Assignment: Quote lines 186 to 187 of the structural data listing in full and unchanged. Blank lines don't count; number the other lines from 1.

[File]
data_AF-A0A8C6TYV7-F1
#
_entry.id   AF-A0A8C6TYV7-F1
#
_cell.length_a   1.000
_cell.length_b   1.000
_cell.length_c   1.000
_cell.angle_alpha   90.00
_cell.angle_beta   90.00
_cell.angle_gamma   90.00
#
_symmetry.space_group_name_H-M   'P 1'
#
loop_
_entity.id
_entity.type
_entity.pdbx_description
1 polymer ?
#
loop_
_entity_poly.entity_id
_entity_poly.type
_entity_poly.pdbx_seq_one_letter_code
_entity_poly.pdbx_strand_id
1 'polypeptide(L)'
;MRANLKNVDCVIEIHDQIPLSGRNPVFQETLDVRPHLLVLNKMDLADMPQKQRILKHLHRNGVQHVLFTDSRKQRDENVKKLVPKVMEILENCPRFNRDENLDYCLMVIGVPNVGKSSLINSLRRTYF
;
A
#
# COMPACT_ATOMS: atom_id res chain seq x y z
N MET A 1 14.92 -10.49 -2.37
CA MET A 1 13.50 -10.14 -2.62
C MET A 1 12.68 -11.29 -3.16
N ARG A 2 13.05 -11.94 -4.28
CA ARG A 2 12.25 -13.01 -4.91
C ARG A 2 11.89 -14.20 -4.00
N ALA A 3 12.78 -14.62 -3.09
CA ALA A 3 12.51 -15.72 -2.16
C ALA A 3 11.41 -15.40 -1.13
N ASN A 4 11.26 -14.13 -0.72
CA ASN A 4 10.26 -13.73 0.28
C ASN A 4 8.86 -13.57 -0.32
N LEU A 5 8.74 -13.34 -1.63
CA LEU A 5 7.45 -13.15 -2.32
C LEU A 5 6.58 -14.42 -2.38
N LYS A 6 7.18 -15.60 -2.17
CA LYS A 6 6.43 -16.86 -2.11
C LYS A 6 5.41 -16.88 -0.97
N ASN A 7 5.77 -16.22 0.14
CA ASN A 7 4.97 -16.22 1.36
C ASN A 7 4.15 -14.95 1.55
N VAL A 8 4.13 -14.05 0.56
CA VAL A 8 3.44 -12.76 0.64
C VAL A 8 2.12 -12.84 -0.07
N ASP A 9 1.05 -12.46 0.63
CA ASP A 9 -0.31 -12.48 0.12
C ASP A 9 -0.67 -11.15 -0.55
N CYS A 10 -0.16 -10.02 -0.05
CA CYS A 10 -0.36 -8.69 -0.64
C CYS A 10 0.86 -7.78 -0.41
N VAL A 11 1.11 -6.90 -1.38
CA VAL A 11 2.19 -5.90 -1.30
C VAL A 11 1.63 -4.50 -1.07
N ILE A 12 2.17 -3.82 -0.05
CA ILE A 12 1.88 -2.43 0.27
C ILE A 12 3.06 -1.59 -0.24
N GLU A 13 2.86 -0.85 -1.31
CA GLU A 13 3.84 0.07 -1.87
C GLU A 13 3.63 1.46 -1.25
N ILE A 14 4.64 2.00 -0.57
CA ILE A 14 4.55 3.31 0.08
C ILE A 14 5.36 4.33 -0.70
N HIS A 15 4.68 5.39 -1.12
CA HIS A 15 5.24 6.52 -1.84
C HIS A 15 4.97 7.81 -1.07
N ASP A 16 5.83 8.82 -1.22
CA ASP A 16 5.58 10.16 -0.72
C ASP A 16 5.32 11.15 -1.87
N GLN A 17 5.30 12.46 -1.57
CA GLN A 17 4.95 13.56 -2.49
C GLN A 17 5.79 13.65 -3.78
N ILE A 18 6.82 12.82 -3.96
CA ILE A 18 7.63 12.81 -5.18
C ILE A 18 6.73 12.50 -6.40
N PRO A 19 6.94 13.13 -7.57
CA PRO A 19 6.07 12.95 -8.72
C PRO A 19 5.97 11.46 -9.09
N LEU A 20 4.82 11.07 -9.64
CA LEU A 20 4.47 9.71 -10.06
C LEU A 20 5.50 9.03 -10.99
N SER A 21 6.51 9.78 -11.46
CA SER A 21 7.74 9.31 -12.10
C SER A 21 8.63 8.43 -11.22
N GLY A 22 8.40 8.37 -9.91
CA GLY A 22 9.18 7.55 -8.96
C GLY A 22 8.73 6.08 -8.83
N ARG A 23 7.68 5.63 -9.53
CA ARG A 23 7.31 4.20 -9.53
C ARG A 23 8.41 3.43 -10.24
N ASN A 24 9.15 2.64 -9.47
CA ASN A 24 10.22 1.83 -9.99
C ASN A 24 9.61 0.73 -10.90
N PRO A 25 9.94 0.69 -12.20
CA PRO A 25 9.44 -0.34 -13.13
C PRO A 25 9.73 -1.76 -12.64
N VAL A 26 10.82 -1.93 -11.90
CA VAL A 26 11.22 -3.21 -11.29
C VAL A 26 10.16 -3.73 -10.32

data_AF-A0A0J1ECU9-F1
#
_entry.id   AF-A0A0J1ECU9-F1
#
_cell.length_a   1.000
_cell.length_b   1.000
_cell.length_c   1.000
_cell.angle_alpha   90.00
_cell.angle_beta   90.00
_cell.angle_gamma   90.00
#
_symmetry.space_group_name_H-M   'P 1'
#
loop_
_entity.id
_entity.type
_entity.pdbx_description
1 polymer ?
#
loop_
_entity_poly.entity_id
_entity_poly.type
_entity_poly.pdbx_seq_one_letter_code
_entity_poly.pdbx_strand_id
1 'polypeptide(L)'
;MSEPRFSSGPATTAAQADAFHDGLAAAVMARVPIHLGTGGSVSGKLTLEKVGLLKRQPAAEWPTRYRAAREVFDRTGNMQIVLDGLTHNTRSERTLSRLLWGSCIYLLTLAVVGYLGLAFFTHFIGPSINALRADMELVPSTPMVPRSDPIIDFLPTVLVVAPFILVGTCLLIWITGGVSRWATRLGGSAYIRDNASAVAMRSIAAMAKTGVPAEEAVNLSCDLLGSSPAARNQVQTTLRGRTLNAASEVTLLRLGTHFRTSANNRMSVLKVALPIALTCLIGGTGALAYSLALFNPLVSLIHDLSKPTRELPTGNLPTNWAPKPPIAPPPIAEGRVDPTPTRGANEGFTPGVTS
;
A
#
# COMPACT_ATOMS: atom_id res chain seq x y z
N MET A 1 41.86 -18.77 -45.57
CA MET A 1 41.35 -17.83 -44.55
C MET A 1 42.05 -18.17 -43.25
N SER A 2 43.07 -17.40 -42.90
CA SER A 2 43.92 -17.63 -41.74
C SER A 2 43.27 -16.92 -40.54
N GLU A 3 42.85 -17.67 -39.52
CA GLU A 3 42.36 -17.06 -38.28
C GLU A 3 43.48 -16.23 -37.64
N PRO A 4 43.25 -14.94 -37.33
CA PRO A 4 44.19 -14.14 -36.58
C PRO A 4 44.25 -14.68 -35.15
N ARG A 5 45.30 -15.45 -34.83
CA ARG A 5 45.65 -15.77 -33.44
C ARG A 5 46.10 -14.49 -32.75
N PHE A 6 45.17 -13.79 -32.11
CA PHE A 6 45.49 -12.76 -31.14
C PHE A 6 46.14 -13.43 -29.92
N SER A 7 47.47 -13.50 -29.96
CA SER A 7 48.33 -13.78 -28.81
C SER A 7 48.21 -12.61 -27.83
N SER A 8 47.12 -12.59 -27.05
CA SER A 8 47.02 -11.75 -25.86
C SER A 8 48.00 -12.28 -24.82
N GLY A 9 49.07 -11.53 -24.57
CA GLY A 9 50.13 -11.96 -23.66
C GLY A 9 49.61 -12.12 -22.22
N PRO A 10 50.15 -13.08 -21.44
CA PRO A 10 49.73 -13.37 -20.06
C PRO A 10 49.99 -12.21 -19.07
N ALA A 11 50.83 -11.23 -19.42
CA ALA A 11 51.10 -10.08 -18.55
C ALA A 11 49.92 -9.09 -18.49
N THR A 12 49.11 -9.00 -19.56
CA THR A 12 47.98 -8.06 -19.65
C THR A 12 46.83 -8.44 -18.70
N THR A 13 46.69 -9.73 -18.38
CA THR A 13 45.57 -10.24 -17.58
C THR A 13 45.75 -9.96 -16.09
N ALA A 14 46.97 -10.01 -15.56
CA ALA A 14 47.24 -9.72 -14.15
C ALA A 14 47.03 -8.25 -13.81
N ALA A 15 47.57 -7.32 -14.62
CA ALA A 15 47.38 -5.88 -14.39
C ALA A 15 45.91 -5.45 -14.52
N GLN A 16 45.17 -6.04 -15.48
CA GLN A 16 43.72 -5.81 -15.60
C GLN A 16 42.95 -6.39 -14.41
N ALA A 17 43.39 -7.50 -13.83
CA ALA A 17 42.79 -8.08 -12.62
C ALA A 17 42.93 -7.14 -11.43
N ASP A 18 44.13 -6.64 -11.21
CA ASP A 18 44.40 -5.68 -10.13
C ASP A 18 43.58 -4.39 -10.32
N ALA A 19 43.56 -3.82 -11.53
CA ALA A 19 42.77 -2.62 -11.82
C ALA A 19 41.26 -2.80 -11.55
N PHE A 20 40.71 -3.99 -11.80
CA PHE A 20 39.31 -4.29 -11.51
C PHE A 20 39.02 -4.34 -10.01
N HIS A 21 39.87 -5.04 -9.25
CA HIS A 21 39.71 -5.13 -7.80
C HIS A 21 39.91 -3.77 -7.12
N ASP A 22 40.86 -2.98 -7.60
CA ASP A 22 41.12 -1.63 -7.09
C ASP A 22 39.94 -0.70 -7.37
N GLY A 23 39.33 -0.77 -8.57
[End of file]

C GLN A 16 42.95 -6.39 -14.41
N ALA A 17 43.39 -7.50 -13.83